Stock splits can be beneficial for investors in several ways. Firstly, by lowering the price of individual shares, stock splits make the stock more affordable, allowing investors who were previously priced out to buy shares. This increased accessibility can broaden the shareholder base and potentially enhance demand for the stock.


For existing shareholders, a stock split results in owning more shares, though the total value of their holdings remains unchanged. The psychological benefit of holding more shares can be positive, even though it doesn't impact the fundamental value of their investment.


It's important to note that the strength and value of a company's stock are ultimately determined by its underlying financial performance and earnings, not the price of individual shares. While stock splits can improve market perception and liquidity, they do not inherently change the company's profitability or growth prospects. Therefore, while stock splits can be advantageous, they should be viewed in the context of the company's overall financial health and performance.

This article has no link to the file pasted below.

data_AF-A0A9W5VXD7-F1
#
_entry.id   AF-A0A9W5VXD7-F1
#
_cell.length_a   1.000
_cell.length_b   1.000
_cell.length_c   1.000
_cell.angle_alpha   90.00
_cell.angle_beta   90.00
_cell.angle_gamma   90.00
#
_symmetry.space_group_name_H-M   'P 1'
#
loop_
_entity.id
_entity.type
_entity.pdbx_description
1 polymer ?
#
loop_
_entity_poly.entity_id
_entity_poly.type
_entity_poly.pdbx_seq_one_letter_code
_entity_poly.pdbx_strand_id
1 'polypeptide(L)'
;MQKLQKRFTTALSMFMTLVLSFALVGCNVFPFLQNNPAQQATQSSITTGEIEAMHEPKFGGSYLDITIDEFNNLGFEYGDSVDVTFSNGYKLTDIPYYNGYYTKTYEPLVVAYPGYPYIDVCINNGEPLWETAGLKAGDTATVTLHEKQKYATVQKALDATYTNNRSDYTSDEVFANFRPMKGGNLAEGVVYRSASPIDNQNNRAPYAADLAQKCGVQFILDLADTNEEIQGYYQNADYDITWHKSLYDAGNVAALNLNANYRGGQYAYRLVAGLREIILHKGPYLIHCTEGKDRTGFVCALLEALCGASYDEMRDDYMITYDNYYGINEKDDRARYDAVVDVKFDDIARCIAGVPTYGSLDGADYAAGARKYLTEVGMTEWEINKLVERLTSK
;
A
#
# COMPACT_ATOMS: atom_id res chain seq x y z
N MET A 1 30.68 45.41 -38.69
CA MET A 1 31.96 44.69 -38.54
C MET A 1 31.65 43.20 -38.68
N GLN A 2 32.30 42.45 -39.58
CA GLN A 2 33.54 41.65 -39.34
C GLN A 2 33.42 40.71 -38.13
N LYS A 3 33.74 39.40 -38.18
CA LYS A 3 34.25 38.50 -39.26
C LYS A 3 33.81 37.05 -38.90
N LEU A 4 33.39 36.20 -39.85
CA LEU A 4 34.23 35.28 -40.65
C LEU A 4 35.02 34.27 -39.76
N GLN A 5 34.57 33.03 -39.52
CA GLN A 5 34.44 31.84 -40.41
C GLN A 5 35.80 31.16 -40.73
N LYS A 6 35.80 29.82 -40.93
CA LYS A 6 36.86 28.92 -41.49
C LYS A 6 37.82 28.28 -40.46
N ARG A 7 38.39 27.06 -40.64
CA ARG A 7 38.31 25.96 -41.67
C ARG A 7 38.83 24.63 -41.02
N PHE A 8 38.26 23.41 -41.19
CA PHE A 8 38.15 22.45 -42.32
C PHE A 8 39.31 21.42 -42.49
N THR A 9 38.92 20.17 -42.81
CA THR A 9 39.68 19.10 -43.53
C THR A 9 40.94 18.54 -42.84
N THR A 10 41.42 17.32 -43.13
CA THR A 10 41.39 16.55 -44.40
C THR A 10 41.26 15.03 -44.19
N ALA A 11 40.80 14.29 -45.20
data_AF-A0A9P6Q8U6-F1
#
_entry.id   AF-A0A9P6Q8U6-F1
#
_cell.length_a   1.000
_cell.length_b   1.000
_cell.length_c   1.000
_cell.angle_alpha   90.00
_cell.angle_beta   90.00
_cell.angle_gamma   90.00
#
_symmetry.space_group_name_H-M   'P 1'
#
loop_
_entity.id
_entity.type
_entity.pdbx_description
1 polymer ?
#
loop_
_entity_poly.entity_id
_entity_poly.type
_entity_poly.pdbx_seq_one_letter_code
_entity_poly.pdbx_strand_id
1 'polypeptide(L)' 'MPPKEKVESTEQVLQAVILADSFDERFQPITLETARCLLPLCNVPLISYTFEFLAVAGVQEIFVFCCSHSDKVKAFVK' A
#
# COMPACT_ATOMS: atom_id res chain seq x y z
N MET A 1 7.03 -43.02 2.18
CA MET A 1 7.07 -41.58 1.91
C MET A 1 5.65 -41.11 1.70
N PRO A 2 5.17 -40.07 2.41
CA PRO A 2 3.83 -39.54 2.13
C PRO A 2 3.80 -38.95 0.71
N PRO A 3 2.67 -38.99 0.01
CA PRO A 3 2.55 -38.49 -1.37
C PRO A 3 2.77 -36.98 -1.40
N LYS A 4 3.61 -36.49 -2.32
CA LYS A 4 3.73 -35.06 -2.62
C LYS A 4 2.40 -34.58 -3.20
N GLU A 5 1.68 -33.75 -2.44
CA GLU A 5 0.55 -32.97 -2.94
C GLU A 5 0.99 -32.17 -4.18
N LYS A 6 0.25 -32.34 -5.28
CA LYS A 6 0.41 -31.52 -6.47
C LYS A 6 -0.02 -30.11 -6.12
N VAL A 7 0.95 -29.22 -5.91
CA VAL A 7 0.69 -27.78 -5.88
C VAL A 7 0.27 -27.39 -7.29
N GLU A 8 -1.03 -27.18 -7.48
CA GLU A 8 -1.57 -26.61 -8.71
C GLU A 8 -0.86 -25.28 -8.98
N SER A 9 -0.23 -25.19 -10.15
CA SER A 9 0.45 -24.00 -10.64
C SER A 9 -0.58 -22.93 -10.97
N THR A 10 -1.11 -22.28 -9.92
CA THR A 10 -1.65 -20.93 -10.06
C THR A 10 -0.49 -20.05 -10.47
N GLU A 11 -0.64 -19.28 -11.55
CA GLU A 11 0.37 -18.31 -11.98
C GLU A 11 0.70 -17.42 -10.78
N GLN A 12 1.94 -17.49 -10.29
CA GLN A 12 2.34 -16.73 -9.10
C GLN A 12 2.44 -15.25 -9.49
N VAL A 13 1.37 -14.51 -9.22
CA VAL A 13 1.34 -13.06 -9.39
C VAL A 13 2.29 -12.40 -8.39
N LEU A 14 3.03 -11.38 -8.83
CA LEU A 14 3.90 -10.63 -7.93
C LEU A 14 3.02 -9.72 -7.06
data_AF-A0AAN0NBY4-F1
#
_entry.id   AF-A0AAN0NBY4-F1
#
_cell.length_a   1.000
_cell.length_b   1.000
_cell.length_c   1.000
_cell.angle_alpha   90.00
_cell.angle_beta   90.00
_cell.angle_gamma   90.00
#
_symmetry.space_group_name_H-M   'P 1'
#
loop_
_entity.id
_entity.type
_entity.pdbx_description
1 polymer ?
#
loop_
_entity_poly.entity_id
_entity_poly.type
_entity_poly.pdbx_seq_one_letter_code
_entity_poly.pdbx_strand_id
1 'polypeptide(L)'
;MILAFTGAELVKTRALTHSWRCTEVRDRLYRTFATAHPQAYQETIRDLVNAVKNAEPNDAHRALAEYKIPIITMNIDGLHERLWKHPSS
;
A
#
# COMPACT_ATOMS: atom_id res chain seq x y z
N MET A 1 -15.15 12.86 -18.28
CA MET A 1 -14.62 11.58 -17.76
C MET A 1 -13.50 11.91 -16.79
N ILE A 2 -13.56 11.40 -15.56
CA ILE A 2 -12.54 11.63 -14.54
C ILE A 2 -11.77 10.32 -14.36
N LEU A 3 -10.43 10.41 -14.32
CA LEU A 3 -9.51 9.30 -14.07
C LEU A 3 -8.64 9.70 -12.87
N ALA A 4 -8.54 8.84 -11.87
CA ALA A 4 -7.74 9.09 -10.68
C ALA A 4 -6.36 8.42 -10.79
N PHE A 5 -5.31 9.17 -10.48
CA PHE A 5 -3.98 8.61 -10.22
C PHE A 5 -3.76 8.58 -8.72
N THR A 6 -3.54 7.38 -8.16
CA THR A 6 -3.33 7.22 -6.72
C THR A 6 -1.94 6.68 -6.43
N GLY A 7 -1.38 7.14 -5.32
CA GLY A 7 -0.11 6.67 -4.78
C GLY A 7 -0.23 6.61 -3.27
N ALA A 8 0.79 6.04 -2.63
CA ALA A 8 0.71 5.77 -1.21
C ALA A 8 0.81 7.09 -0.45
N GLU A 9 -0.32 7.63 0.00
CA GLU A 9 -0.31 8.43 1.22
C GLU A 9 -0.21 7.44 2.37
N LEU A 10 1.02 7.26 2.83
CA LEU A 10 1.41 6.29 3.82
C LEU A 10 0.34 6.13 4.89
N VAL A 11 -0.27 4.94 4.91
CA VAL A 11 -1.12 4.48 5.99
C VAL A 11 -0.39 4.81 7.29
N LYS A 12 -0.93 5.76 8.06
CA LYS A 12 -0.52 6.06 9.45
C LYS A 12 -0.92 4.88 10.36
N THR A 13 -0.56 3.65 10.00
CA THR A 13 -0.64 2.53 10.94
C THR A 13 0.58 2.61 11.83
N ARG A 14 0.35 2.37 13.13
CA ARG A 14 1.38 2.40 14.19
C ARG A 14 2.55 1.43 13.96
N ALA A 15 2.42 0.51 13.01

Stock Split Example

In 2021, NVIDIA Corporation announced a 4-for-1 stock split. Prior to the split, NVIDIA's share price was approximately $750, with about 500 million shares outstanding, giving it a market capitalization of $375 billion. (Source: Nvidia)


After the split, each share was divided into four, reducing the share price to around $187.50 and increasing the number of shares outstanding to 2 billion. Despite these changes, the market capitalization remained the same at $375 billion. This split made NVIDIA's shares more affordable to a broader range of investors without altering the overall value of the company.